Risk of Failure and Complications

Clinical conditions that increase the risk of surgical failure for retropubic urethropexy include obesity, menopause, prior hysterectomy, and prior anti-incontinence proce-

dures. Advanced age does not seem to be associated with lower rates of cure after colposuspension. Urodynamic findings that increase the risk of surgical failure include signs of intrinsic urethral sphincter deficiency, abnormal perineal electromyography, and concurrent detrusor over-activity. Patients with intrinsic sphincter deficiency probably are better treated with a sling procedure if the urethral is hypermobile, or with periurethral injections of a bulking agent, if the urethra is nonmobile.

Detrusor overactivity or urge incontinence may coexist in up to 30% of patients with stress incontinence. The term mixed incontinence has been used to describe this condition. In addition, approximately 15% of patients with stress incontinence who have a preoperative stable cystometro-gram, develop de novo overactive bladder after a colpo-suspension. The course of the detrusor overactivity after a retropubic repair in patients with mixed incontinence is unpredictable. Interestingly, as many as 50% to 60% of patients with mixed incontinence are cured of their detru-sor overactivity by surgical support of the bladder neck. A much smaller percentage (approximately 5%-15%) have worsening of their overactivity with the remainder (20%-30%) having persistence of their overactivity. Women with high-pressure detrusor overactivity or poor bladder compliance are more likely to have persistent urge incontinence after incontinence surgery. In general,women with mixed incontinence should initially receive nonsurgi-cal therapy, followed by surgery if they have persistent stress incontinence that remains bothersome.

Detrusor overactivity is a recognized postoperative complication of retropubic procedures. Postoperative detrusor overactivity is more common in patients with previous bladder neck surgery and in those with mixed detrusor overactivity and stress incontinence preoperatively. In a study of 148 patients with urodynamic stress incontinence and stable bladders preoperatively, Steel et al.11 reported that 24 patients (16.2%) had postoperative detrusor over-activity on cystometrogram 6 months after surgery. Ten of the 24 patients with detrusor overactivity were completely asymptomatic. Of the 14 symptomatic patients, four were improved with drugs aimed at correcting the overactivity. The remaining 10 patients (6.8%) remained symptomatic with detrusor overactivity 3 to 5 years after surgery.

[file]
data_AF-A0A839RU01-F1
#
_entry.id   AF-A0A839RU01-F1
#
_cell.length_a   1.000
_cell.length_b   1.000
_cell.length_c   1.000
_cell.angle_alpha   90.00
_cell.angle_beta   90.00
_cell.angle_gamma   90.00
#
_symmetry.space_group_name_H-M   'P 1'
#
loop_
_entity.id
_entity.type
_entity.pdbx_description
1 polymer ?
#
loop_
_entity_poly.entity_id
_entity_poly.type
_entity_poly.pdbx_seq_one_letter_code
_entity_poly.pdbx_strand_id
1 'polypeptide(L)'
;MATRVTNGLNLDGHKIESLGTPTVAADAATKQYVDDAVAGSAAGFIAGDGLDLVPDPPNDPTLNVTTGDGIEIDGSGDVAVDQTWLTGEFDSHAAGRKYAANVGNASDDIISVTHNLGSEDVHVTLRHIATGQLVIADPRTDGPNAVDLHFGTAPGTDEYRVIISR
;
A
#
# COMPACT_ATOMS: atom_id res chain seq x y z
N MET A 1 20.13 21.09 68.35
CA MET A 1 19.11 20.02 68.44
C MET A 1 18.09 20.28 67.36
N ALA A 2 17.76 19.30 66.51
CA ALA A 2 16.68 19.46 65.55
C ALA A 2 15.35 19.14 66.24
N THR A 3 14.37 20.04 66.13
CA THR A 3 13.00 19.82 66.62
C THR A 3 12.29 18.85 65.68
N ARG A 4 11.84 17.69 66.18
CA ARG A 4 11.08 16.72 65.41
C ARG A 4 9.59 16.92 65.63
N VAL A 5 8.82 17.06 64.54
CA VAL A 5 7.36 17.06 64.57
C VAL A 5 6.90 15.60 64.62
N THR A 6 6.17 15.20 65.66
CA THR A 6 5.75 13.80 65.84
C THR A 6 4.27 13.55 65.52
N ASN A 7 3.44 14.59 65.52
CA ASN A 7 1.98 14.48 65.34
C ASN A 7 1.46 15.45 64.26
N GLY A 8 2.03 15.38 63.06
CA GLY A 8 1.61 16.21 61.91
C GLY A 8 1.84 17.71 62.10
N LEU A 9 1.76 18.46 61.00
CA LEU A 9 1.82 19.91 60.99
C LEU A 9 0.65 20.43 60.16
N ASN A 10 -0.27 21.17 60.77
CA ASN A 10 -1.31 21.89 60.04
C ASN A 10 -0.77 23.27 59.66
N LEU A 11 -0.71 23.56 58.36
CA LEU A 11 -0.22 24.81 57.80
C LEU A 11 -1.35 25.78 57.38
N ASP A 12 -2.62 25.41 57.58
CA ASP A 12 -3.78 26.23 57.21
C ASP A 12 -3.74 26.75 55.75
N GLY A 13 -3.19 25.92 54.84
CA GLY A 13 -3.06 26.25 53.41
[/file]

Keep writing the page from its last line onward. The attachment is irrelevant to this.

Wound complications and urinary infections are the most common surgical complications after retropubic col-posuspension. Direct surgical injury to the urinary tract occurs relatively infrequently. Bladder lacerations occur in approximately 1% of patients; the risk increases in women who have had previous bladder neck suspension. Accidental placement of sutures into the bladder during the Burch colposuspension or paravaginal repair, resulting in vesical stone formation, painful voiding, recurrent cystitis, or fistula can occur but is rare. Ureteral obstruction occurs rarely (0%-1.2%) after Burch colposuspension and results from ureteral stretching or kinking after elevation of the vagina and bladder base. No cases of transected ureters have been reported.

The incidence of voiding difficulties after colposuspen-sion varies widely, although patients rarely have urinary retention after 30 days. In my hands, the mean number of days to complete voiding after open Burch procedure is 7 days.12 Colposuspension can change the original micturition pattern and introduce an element of obstruction that can disturb the balance between voiding forces and outflow resistance, resulting in immediate postoperative as well as late voiding difficulties. Urodynamic findings that may occur after colposuspension include decreased flow rate, increased micturition pressure, and increased urethral resistance. In a study conducted at our institution, risk factors for prolonged voiding after a bladder neck suspension included advanced age, previous incontinence surgery, increased first sensation to void, high postvoid residual volume, and postoperative cystitis.12 Abdominal straining during voiding was not associated with prolonged voiding after surgery.

Burch2 first reported that enteroceles occurred in 7.6% of cases after the Burch procedure, but only two-thirds of these patients required surgical correction. Langer et al.13 reported that 13.6% of patients who had undergone Burch procedures,but no hysterectomy or cul-de-sac obliteration, developed an enterocele 1 to 2 years postoperatively.Alcalay et al.8 noted that 26% of patients during a 10- to 20-year follow-up period after Burch colposuspension underwent a rectocele repair and 5% underwent an enterocele repair. Whenever possible, a cul-de-sac obliteration in the form of uterosacral suspension or plication should be considered at the time of retropubic suspension to prevent enterocele formation, although the true efficacy of this prophylactic maneuver is unknown. Rectocele repair should be performed as indicated for symptomatic or large rectoceles.

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